He did not take particularly well to the 0-10 SUD (Subjective Units of Distress) Scale. For him, either there was distress, or "It is good." Each of the seven issues started with distress, and after several rounds of tapping and related procedures, got to the point where he would report "It is good." For each area of focus that involved the loss of a loved one, a multi-tiered procedure was used (see "When a Loved One Has Been Lost"). After the seventh issue, the man stated that he was healed. At this point, the man requested that I teach him the methods I had used with him.

He took us out of the house, got into the car, and navigated us to another of the three survivors. He explained the treatment to him, and we returned that evening to work with the second survivor, again with apparent success. The third survivor could not be located.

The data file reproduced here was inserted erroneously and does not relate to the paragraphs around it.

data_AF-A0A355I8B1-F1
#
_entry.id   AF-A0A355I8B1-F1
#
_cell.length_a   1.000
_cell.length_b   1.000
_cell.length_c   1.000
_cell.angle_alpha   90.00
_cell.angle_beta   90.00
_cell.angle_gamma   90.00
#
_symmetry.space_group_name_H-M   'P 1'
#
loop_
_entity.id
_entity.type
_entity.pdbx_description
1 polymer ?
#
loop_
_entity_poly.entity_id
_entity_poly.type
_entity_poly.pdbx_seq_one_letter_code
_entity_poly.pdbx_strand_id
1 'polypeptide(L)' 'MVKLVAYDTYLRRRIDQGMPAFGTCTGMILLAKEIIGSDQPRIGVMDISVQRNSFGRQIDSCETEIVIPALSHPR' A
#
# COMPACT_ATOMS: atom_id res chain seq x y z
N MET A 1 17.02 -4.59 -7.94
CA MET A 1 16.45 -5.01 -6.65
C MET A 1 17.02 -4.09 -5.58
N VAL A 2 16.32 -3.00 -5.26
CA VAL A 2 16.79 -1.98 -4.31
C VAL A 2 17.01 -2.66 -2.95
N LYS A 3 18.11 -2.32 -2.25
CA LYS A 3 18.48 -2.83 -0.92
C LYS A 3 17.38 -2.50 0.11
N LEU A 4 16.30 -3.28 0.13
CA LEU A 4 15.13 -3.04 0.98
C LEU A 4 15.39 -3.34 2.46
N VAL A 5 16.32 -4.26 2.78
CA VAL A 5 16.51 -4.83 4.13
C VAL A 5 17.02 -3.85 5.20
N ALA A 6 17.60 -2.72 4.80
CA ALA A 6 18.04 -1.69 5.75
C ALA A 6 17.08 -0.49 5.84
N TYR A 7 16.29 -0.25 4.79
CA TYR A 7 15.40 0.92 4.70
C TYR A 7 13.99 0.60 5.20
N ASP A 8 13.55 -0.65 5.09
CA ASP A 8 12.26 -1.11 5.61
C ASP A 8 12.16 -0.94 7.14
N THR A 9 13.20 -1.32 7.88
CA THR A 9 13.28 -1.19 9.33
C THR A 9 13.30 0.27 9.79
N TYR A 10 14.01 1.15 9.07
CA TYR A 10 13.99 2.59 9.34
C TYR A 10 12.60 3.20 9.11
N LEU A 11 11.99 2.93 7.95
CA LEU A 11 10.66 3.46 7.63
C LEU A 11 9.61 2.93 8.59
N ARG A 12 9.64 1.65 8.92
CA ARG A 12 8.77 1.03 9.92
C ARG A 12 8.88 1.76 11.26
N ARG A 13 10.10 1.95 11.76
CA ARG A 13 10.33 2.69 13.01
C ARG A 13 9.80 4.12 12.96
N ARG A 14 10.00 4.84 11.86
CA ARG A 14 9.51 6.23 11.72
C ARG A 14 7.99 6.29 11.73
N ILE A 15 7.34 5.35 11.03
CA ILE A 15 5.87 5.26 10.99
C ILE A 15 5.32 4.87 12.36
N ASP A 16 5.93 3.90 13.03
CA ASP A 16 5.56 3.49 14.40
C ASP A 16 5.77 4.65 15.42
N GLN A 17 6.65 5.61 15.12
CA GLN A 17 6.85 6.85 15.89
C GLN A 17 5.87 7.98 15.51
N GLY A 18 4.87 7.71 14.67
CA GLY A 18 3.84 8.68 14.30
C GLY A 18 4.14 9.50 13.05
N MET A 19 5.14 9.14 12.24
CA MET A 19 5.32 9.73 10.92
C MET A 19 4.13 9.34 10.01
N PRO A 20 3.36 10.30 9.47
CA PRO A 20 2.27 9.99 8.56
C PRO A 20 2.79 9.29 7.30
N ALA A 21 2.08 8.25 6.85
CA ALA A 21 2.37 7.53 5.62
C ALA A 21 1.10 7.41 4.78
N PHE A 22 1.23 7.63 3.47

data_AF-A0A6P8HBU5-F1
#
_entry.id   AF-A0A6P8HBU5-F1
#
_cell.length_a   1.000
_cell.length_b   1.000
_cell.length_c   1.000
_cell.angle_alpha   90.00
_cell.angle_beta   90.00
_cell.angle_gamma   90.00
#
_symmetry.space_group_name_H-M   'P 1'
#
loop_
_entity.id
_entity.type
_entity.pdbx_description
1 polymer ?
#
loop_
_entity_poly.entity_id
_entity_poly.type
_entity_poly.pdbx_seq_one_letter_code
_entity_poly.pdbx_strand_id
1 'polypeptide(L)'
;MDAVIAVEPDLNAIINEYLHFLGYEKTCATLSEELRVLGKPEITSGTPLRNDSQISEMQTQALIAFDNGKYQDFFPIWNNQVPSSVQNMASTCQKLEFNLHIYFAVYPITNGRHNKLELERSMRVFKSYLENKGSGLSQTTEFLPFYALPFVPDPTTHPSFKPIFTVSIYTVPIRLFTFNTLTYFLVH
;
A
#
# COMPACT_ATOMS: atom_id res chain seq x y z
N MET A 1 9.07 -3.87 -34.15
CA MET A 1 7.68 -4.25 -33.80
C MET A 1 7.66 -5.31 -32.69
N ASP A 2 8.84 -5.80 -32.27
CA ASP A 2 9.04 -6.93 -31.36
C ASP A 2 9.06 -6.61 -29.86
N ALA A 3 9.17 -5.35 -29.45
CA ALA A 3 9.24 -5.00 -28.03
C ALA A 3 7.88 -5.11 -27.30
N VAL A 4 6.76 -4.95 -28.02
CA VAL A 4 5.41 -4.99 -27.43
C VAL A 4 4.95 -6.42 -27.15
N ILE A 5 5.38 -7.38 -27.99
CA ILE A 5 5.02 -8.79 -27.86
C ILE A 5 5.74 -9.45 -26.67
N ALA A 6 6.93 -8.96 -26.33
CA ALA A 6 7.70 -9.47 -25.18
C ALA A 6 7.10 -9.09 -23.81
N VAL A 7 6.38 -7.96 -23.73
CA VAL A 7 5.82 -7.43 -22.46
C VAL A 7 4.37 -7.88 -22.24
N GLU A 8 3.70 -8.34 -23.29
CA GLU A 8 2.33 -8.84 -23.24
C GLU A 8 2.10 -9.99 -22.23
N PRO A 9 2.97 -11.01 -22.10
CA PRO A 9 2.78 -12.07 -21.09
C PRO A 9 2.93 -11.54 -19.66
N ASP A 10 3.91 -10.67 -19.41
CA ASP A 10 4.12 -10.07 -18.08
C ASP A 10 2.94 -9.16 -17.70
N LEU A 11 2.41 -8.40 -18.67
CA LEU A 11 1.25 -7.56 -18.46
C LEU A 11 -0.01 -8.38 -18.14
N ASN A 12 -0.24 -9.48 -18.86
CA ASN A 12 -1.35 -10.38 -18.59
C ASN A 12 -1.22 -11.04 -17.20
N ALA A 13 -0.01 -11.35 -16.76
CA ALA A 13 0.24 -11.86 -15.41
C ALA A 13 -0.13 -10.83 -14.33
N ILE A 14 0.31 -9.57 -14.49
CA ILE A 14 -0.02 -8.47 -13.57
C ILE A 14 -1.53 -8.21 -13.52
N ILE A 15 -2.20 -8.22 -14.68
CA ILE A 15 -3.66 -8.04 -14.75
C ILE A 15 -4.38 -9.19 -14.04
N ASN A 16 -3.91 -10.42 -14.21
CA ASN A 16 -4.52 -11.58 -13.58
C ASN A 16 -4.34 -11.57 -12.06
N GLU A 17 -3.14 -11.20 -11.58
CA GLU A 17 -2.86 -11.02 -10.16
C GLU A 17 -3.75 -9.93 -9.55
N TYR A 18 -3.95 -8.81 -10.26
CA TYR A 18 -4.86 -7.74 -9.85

Sixteen months later, Kosovo's chief medical officer brought me to the village to interview both men, probably because the case had achieved international notoriety. Both men indicated that there had been no relapse, along with their willingness for their improvement to be shared with others who are in a position to help survivors. Eight months later-in June 2002, two years following the treatments-my colleague Paul Oas, Ph.D., and I visited the men and learned that the treatments for both were still holding strong.

Carl Johnson, Ph.D., ABBP, is a clinical psychologist, founder and director of The Global Institute of Thought Field Therapy, and a retired PTSD specialist with the Veteran's Administration. He lives in Winchester, Virginia, and may be contacted via This e-mail address is being protected from spambots. You need JavaScript enabled to view it .

Return to List of Cases




Reported by Jenny Edwards, Ph.D., TFTdx